The following published decisions may be of interest to attorneys practicing insurance law:
California Supreme Court
The 60-day grace period for cancelling a life insurance policy applies to all policies in force on or after January 1, 2013, even if the policy issued earlier. McHugh v. Protective Life Insurance (2021) __ Cal.5th __.
William McHugh purchased a term life policy from Protective Life Insurance Company in 2005. The policy provided for a 31-day grace period before it could be canceled for nonpayment of premium. McHugh failed to pay the premium due on his policy, which then lapsed 31 days later, on January 9, 2013. After McHugh passed away in June 2013, his beneficiaries sued Protective Life for breach of contract and bad faith, arguing that under Insurance Code sections 10113.71 and 10113.72, which went into effect on January 1, 2013, the insurer should have given a 60-day grace period before canceling the policy. Protective Life moved for a directed verdict on the ground that the Insurance Code’s 60-day grace period provisions did not retroactively apply to McHugh’s policy issued in 2005. The trial court denied the motion. The case went to trial, and Protective Life prevailed. The Court of Appeal (Fourth Dist., Div. One) affirmed on the alternative ground urged by Protective Life that it was entitled to judgment as a matter of law because the 60-day grace period was not retroactive. The appellate court reached this conclusion after giving substantive deference to certain correspondence from the Department of Insurance.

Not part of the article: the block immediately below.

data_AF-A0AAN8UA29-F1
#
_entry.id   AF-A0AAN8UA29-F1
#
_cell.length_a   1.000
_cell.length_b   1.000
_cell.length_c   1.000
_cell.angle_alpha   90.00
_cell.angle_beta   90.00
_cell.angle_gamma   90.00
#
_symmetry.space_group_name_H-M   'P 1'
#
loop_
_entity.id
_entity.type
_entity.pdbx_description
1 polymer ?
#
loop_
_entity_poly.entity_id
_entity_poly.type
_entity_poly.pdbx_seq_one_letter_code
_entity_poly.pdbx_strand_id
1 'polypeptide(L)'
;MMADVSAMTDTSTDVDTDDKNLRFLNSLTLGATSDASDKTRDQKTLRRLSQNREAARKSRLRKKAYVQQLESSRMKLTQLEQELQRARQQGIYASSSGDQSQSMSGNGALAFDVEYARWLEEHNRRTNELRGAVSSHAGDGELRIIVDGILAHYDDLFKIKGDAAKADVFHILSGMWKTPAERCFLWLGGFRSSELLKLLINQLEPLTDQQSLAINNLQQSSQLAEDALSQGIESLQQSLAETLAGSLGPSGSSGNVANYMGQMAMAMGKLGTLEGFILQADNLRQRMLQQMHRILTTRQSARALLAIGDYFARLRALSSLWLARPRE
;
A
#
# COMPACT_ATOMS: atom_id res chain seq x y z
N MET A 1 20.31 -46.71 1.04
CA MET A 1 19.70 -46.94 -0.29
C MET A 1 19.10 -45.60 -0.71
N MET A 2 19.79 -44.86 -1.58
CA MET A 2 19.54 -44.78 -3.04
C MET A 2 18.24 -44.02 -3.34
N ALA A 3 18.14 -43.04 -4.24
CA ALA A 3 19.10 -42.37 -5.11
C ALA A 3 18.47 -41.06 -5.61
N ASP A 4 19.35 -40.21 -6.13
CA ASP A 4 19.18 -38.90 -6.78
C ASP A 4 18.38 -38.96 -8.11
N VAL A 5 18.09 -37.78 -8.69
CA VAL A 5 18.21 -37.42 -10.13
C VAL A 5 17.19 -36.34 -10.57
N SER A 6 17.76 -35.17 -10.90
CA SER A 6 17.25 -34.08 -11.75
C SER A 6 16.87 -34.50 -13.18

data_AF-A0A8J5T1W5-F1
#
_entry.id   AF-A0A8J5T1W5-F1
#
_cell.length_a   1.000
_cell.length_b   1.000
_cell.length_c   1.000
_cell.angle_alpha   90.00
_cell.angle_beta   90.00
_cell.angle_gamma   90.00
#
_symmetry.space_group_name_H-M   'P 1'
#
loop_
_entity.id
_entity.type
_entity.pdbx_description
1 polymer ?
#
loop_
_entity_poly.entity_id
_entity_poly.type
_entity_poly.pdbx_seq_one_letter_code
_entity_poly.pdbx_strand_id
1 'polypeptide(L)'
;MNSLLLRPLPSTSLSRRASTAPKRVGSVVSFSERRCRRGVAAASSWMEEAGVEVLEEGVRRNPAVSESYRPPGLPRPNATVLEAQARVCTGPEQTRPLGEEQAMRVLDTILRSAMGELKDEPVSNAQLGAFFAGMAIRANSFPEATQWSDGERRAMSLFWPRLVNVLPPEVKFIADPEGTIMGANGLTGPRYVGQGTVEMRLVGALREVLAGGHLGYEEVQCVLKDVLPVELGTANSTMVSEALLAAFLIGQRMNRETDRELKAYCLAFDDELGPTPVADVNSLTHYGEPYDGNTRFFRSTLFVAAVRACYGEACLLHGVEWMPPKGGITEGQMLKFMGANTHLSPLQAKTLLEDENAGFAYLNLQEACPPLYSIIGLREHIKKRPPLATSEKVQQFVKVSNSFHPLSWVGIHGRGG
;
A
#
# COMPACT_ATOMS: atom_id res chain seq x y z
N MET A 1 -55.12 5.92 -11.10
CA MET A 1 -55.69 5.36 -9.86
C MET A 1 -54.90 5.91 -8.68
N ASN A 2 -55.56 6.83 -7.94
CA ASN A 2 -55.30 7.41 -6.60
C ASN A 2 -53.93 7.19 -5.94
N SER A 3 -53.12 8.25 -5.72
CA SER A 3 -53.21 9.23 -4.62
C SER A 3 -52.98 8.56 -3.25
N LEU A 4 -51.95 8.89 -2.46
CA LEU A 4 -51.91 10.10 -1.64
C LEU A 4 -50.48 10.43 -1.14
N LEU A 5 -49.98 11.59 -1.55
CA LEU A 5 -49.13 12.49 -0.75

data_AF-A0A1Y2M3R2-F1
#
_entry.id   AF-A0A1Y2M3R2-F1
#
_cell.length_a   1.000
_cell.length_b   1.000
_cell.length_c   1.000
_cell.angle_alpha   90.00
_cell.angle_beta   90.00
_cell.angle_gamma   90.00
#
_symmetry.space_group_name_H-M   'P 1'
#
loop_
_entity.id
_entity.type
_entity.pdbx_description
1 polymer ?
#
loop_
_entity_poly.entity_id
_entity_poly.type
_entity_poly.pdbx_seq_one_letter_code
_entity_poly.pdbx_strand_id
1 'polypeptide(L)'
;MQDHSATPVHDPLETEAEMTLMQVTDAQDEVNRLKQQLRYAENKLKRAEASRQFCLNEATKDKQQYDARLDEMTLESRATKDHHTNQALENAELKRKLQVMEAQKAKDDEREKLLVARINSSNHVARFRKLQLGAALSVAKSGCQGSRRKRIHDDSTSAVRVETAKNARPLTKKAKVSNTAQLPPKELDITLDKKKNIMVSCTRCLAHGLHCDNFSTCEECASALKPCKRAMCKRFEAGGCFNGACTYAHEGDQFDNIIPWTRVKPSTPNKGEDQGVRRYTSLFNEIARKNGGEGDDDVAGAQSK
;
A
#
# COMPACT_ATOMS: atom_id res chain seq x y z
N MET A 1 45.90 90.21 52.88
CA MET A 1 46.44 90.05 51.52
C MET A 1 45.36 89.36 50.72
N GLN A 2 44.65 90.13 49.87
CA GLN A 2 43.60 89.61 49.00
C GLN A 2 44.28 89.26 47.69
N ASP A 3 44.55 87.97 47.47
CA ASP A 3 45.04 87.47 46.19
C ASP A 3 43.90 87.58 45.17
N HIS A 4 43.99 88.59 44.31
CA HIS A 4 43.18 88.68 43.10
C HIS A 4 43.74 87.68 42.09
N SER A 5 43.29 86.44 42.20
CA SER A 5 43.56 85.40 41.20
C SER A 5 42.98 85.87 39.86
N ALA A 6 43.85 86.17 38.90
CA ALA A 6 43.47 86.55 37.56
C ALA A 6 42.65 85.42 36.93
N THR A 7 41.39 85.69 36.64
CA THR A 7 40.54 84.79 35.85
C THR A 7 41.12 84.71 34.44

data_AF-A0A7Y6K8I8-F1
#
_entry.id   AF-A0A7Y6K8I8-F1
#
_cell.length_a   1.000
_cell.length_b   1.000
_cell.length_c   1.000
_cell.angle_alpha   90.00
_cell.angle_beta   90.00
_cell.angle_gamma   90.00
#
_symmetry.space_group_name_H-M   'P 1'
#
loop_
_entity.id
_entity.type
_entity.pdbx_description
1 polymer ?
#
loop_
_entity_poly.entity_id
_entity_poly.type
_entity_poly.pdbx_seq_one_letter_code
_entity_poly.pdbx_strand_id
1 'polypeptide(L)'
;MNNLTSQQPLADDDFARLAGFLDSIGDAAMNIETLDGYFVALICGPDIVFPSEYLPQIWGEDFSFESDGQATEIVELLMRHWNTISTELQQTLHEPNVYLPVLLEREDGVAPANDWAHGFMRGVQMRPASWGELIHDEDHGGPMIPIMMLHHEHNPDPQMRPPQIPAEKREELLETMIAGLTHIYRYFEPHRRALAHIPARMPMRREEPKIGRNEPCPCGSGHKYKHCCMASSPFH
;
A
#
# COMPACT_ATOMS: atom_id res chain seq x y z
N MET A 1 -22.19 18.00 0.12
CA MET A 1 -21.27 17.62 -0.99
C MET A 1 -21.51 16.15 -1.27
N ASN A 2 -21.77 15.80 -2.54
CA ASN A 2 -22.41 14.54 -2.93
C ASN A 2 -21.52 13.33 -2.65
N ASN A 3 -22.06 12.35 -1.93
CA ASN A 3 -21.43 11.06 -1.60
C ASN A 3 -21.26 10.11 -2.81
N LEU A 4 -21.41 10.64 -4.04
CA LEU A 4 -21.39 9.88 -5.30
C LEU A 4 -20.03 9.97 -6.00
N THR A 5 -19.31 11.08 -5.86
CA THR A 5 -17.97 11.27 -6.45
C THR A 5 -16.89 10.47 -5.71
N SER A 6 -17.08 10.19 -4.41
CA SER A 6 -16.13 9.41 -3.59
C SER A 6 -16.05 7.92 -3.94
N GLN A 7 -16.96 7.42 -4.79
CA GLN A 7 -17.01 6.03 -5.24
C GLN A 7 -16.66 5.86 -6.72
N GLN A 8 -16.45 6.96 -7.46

The California Supreme Court reversed the Court of Appeal. Insurance Code “sections 10113.71 and 10113.72 apply to all life insurance policies in force when these two sections went into effect, regardless of when the policies were originally issued. This interpretation fits the provisions’ language, legislative history, and uniform notice scheme, and it protects policyowners—including elderly, hospitalized, or incapacitated ones who may be particularly vulnerable to missing a premium payment—from losing coverage, consistent with the provisions’ purpose.” The Court further explained that the intermediate appellate court should not have given deference to Insurance Department agency correspondence, which did not constitute official interpretive guidance warranting deference.
California Court of Appeal
Whether insurer acted in bad faith by failing to accept a short-fuse policy demand was a jury question, even where the insurer had made a policy limits offer that was rejected earlier in the case. Hedayati v. Interinsurance Exchange of the Automobile Club (2021) 67 Cal.App.5th 833.
The Auto Club’s insured collided with a pedestrian, causing catastrophic injuries. Before the injured claimant made a settlement demand, the insurer sent a letter to the claimant’s attorney stating “[d]ue to the nature and extent of your client’s injury, Auto Club will tender our insured maximum policy limit of $25k to settle your client’s injury claim.” The letter directed the claimant’s attorney “to contact me if you have any further questions.” The attorney did not accept the offer and later made a 7-day time-limited demand, which ran over the Thanksgiving holiday. The demand attached a number of conditions, including requests for the policy’s declarations page and a declaration from the insured that no other insurance was available. The insurer did not accept that demand. The claimant later brought a bad faith suit against the insurer. The trial court granted summary judgment for the insurer, reasoning that the “mega-short” time limited demand was unreasonable.